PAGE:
The player can perform an operation of tilting the input device 8 at any tilt angle in addition to a conventional general game operation of pressing down each operation button. In addition, the player can perform an operation of pointing any position on a screen using the input device 8 and an operation of moving the input device 8 itself.

Next, outlines of a game assumed in this embodiment and a process according to this embodiment will be described with reference to FIGS. 12 to 22. The game is an action-adventure game in which a player object is operated in a virtual three-dimensional space. FIG. 12 shows an exemplary screen of the game assumed in this embodiment. In FIG. 12, an appearance of the three-dimensional virtual game space is displayed on the game screen. In the three-dimensional virtual game space, a player object 101 exists, and its whole body is displayed. The game screen also displays an enemy object 102 and a cursor 103. In this state, the player object 101 can be moved. Also, on the screen of FIG. 12, the player object 101 shoulders a sword object 104, which is in the scabbard. The state of the player object 101 in this case is referred to as a “non-combat state”.

In this game, when attacking the enemy object 102, the screen can be switched to an image that is viewed from the player object 101 (the first-person viewpoint). The screen switching operation can be achieved by performing an operation called “pointer lock”. Specifically, in a state as shown in FIG. 12, the player puts the cursor 103 on the enemy object 102. Specifically, for example, the cursor 103 can be moved in accordance with a movement of the input device 8 based on the marker coordinates obtained from the image capture information computing section 35. An operation to press a predetermined button (e.g., the operation button 32 d) performed by the player in this case is referred to as a “pointer lock” operation. Such an operation triggers execution of a process of locking onto the enemy object 102 on which the cursor 103 is put. In this case, a virtual camera is shifted to a position of an eye of the player object 101, so that a game screen as viewed from the first-person viewpoint (hereinafter referred to as a “subjective screen”) is displayed as shown in FIG. 13. Also in this case, the player object 101 draws the sword object 104 from the scabbard (not shown on the screen).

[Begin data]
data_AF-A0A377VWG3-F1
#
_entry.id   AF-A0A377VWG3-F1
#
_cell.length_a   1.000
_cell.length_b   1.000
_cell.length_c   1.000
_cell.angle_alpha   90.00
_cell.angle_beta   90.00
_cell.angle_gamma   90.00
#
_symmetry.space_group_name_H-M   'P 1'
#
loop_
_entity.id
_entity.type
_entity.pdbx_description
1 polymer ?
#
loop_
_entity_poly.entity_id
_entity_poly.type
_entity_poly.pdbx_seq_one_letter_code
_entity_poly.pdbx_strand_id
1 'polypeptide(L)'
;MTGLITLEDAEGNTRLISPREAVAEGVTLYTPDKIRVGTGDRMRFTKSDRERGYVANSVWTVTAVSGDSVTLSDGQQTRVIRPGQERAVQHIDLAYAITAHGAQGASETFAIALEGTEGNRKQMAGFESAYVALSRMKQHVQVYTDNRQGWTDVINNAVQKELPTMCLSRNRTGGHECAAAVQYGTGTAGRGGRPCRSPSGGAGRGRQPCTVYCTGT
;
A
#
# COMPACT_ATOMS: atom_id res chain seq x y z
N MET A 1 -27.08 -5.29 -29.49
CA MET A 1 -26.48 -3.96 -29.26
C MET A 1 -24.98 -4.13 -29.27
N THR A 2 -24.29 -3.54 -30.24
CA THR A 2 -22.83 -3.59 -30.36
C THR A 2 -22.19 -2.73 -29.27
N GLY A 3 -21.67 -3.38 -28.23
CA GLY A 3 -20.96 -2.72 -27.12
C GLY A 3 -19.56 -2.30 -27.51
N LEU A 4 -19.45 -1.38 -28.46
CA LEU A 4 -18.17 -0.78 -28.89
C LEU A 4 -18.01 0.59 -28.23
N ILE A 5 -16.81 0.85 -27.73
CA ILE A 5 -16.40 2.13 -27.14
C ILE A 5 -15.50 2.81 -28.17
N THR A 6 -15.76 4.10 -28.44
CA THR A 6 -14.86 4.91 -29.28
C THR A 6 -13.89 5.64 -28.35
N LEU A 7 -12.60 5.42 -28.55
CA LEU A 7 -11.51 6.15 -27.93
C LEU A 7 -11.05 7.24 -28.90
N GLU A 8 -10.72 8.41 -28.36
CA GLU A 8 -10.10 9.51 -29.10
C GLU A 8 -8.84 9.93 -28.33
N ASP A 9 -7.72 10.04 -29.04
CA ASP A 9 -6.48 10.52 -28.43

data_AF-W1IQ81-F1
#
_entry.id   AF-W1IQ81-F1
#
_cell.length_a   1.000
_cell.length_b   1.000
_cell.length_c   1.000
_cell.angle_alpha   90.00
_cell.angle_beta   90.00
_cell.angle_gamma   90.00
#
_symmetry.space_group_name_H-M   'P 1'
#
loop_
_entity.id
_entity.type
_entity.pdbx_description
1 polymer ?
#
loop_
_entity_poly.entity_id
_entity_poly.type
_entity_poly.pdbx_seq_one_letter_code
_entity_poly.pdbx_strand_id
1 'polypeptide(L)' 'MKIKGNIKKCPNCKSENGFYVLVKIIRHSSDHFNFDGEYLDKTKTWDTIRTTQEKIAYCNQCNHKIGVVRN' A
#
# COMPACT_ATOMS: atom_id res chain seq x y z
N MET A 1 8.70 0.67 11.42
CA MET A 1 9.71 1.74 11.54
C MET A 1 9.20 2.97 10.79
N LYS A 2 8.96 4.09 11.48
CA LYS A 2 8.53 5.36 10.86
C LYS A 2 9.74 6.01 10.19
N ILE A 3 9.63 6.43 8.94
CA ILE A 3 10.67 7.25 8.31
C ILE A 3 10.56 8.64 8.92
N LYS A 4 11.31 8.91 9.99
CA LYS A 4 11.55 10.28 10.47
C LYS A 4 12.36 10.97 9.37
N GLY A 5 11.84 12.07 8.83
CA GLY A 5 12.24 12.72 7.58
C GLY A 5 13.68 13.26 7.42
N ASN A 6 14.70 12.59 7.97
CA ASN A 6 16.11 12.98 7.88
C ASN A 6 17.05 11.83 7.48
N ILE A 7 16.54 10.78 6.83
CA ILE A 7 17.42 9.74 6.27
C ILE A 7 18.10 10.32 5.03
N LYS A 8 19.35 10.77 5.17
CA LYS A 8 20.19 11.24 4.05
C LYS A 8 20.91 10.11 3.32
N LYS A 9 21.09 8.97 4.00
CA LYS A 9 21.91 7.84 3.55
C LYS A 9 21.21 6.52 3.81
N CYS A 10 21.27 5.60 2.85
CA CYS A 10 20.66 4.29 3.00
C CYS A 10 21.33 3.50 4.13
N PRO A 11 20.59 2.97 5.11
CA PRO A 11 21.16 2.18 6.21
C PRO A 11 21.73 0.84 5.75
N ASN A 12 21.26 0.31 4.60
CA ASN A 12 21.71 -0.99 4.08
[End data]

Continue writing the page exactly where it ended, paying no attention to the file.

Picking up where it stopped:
Next, a control relating to the subjective screen will be described. On the subjective screen, the focal point of the virtual camera is set on the enemy object 102 on which the cursor 103 is put. In other words, a virtual camera control is performed so that the player object 101 pays attention to the enemy object 102. Also, as shown in FIG. 13, a game screen as viewed from the first person (i.e., the player object 101) is displayed, so that the sword object 104 is displayed (since it has been drawn from the scabbard), though the player object 101 itself is not displayed. The player can operate the sword object 104 by moving or swinging the input device 8 as if the input device 8 were a sword. For example, in a state as shown in FIG. 13 (in this case, the attitude of the input device 8 is assumed to be substantially the same as the attitude of the sword object 104). When the player moves the input device 8 obliquely upward from left to right at a predetermined speed or more (i.e., the player performs a motion as if the player cut or slashed obliquely rightward and upward), the sword object 104 can be used to attack and cut or slash the enemy object 102 as shown in FIG. 14. In FIG. 14, the sword object 104 hits the enemy object 102. A motion blur effect 105 that indicates a trajectory of the sword object 104 is displayed, providing a dramatic impression.